“If you flatter yourself that you are all over comfortable, and have been so a long time, then you cannot be said to be comfortable any more.”
I am sitting here with Explosions in the Sky; embarked in an extraordinary enterprise. Just like any other day. It is so simple, so pleasing, and yet distressing. Even worse, it is so distressing because it is so pleasing and so easily such. My eyes are open and so is my skin. The light is proper and the air is clean. It is warm in here. I am so tranquil, so relaxed. Yet, I worry, for how long is this going to last?
I fight. I want to keep close. I want to stay put. To feel each and every one of its degrees. This fleeting pleasure. Elusive happiness. I grapple. The head goes up and down. Left. Right. Arms up and left. There is nothing left for the legs. Where is it? What is it? I need to find it before I loose it. It fades. Now I fight myself for such a nonsensical search. Who would be stupid enough to look for what he has already got? Like any other day, happiness goes.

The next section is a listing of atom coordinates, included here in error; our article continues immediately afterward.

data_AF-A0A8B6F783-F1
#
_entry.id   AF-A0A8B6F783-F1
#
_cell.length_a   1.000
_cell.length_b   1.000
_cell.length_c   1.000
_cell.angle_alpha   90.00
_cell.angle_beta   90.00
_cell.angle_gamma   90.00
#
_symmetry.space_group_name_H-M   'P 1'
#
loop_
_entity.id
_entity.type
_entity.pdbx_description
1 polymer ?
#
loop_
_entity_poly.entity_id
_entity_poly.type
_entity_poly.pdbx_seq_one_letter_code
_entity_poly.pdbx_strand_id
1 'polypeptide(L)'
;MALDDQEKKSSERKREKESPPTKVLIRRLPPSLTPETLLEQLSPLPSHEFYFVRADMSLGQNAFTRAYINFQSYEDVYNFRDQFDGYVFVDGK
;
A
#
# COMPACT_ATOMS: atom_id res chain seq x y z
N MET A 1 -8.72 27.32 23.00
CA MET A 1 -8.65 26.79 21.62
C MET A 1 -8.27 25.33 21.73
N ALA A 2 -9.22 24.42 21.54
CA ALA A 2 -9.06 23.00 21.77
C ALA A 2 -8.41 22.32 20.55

So it seems that pleasure is derived from change. That we cannot just seat and stare. And happiness appears to be a delayed inertia that ever more slowly comes to an end, as things calm down, as there is no change. For happiness is tranquility before it begets boredom. And boredom calls for change, movement, stress.
So happiness demands misery, comfort discomfort, movement no change. Of course! What else could it be?